ArtworksA.Y. JacksonBaie St. Paul in Winter, 1923 - 1924 (circa)1882-1974Sold
Inscriptionssigned, ‘A.Y. JACKSON’ (lower right)
Mabel Lockerby, Montreal;
Dominion Gallery, Montreal, May 1958;
Private collection, Montreal, May 1958.
The Collection of Mitzi and Mel Dobrin.
"Montreal’s Dominion Gallery acquired this sketch of a village street in late winter from the artist Mabel Lockerby in 1958."
-Charles C. Hill
Montreal’s Dominion Gallery acquired this sketch of a village street in late winter from the artist Mabel Lockerby in 1958. At the time of its acquisition it had no title, but was soon sold as Baie Saint Paul in Winter. The source of this identification is not clear as the church of Baie Saint Paul that Jackson would have known in the 1920s had two steeples on the east façade, the north steeple, shorter than the south. Several paintings of the church and village of Baie Saint-Paul by Albert Robinson are reproduced in Jennifer Watson’s catalogue, Albert H. Robinson The Mature Years (Kitchener-Waterloo Art Gallery, 1982).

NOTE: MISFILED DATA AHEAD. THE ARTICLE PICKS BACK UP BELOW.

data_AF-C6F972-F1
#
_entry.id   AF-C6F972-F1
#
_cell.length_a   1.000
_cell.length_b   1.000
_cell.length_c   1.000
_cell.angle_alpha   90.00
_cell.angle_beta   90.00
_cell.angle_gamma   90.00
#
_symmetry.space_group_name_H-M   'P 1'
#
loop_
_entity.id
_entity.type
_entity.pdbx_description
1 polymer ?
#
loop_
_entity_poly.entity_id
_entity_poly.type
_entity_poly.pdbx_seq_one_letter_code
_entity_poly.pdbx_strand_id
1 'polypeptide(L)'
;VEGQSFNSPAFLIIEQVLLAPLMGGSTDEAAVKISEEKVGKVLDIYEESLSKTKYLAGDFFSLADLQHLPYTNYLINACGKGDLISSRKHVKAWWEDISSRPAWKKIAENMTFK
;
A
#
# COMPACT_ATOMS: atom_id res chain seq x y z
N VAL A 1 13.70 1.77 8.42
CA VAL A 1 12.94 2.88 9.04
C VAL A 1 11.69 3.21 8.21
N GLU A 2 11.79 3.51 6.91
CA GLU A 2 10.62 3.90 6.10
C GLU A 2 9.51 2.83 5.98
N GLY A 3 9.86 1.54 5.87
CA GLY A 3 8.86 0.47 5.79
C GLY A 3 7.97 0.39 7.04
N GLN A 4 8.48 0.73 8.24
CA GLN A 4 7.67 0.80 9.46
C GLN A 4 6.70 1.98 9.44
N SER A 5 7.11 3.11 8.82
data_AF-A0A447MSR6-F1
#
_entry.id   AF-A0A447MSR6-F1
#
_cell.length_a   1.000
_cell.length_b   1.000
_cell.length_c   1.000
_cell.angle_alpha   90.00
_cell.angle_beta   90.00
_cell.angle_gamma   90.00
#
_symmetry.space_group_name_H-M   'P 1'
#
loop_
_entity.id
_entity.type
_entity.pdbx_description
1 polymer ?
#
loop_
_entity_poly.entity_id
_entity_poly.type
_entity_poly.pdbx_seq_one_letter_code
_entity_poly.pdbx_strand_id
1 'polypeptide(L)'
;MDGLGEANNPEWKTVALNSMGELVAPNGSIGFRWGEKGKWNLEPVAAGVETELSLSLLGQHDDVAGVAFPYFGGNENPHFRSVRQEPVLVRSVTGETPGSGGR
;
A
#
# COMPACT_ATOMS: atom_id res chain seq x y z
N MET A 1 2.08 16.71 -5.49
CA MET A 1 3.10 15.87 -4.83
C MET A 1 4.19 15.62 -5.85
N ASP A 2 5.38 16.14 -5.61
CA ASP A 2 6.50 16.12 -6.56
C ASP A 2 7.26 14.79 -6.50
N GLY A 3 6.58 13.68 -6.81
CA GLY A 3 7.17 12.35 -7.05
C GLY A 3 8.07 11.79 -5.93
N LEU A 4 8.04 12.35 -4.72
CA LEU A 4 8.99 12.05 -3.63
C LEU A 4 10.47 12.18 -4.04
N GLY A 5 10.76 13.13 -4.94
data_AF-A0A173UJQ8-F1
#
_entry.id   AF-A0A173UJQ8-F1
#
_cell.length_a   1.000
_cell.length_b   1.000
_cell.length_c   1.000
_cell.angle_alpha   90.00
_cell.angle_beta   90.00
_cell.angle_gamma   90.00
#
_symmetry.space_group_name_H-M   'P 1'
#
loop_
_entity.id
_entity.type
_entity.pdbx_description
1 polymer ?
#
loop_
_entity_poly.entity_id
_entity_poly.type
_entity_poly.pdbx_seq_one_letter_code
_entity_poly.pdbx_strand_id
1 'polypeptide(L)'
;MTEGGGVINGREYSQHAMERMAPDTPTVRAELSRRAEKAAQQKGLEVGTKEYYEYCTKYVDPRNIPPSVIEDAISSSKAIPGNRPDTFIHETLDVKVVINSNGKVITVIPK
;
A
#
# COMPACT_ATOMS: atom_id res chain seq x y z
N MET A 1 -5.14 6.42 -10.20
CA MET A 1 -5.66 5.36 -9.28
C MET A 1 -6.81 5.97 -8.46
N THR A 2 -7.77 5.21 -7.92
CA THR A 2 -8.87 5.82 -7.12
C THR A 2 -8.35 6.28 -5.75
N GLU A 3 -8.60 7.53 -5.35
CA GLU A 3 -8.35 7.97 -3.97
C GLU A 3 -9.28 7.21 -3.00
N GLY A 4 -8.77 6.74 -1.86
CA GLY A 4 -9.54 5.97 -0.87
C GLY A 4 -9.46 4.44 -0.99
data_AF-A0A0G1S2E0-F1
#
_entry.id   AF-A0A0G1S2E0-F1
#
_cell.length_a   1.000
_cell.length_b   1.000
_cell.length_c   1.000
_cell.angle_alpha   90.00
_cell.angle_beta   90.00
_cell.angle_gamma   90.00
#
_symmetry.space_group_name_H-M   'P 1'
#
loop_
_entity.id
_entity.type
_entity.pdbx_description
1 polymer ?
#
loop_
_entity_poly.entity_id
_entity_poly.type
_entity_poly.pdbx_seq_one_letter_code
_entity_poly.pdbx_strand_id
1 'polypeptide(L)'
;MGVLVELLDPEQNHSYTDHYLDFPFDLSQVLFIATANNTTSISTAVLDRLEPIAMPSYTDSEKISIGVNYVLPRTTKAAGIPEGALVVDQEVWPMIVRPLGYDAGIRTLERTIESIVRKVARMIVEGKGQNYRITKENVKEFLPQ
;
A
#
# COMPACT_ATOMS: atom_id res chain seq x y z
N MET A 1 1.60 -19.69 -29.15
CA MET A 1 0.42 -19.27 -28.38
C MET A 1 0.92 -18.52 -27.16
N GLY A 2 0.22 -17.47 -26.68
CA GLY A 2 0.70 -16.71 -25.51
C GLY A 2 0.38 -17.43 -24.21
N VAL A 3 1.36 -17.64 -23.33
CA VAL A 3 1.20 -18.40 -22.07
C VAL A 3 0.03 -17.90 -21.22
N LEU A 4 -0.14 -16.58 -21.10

The subject might be the village of La Malbaie where Jackson painted with Edwin Holgate in 1926, though he complained about the lack of snow there that spring. Or might the steeple crown the chapel of the motherhouse of the Petites Franciscaines de Marie adjacent to the Hôtel Victoria where Jackson stayed with Edwin Holgate in February - March 1923 and January 1924, as illustrated in the December 1991 issue of Charlevoix, the Revue de la Société d’histoire de Charlevoix? From the Hôtel Victoria Jackson wrote to J.E.H. MacDonald on 12 January 1924, “Here we are in the Christmas card country ... I see cards all waiting to be done in two printings and a few dabs of color put on by hand, while what I want to see are big bold bad compositions that will enrage the critics...”
While the identification of the village is of great interest, the importance of the painting is what Jackson does with the subject. The energetic application of paint, and the use of the bare wood showing through the rolling brushstrokes that define the hummocks of snow and between the clouds of the overcast sky avoid any semblance to a Christmas card. Jackson is well on his way to the “big bold bad compositions” he wanted. The orange red sleigh meandering along the curving road, marked with the wet earth of late winter, is framed in the foreground by the fence lower left and on the right the steps of the building with a double verandah. The steeple and electrical pole frame the white and yellow, green and pink houses clustered in front of the church. The restricted space effectively evokes the intimacy of Baie Saint-Paul where Jackson was working on illustrations for W.H. Blake’s translation of Adjutor Rivard’s Chez Nous published in 1924.
Charles C. Hill6of 22